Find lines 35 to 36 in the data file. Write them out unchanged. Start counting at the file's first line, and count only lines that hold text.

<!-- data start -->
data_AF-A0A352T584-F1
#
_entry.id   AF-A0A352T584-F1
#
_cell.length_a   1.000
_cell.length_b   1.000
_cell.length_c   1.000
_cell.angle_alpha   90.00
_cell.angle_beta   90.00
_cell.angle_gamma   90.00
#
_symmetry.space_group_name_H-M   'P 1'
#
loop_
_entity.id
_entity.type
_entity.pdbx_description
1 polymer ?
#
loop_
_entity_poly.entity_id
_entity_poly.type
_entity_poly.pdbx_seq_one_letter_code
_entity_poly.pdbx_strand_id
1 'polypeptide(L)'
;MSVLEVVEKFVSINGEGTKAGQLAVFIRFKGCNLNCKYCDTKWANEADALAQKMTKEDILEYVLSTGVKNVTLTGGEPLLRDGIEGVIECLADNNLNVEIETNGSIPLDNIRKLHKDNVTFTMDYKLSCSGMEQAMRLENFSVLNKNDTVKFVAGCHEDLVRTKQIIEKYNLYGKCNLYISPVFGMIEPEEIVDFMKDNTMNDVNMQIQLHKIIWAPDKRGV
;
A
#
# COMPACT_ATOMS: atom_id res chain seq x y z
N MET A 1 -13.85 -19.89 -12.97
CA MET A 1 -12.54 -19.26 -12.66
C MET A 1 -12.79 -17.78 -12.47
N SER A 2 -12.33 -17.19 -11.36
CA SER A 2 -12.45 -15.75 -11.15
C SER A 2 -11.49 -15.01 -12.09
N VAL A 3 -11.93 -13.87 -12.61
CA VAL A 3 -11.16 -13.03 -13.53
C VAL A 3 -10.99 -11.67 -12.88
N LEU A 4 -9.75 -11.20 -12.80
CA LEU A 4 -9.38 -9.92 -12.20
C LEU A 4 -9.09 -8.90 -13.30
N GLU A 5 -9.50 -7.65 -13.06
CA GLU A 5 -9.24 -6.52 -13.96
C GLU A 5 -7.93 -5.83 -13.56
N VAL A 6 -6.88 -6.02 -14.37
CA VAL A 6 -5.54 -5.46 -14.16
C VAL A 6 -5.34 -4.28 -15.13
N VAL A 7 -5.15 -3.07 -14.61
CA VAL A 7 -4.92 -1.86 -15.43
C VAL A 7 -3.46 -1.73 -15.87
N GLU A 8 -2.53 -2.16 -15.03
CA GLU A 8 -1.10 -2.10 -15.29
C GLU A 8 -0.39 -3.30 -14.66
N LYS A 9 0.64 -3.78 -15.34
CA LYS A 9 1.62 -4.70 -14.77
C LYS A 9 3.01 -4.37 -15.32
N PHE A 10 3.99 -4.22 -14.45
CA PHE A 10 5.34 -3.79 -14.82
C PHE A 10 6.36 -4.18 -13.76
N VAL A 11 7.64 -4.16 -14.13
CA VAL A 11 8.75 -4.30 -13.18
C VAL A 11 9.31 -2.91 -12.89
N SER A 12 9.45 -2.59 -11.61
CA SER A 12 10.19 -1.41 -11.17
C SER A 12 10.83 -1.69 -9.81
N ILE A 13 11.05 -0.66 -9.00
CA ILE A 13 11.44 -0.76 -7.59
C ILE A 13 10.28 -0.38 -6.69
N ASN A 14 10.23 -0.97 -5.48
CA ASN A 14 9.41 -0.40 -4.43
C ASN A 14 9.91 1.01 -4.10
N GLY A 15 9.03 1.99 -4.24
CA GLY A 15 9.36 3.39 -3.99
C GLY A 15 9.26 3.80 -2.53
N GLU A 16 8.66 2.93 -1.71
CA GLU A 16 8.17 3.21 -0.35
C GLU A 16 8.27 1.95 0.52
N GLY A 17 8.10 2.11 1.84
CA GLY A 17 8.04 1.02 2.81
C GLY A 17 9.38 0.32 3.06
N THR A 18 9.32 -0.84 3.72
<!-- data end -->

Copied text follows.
CA SER A 2 -12.45 -15.75 -11.15
C SER A 2 -11.49 -15.01 -12.09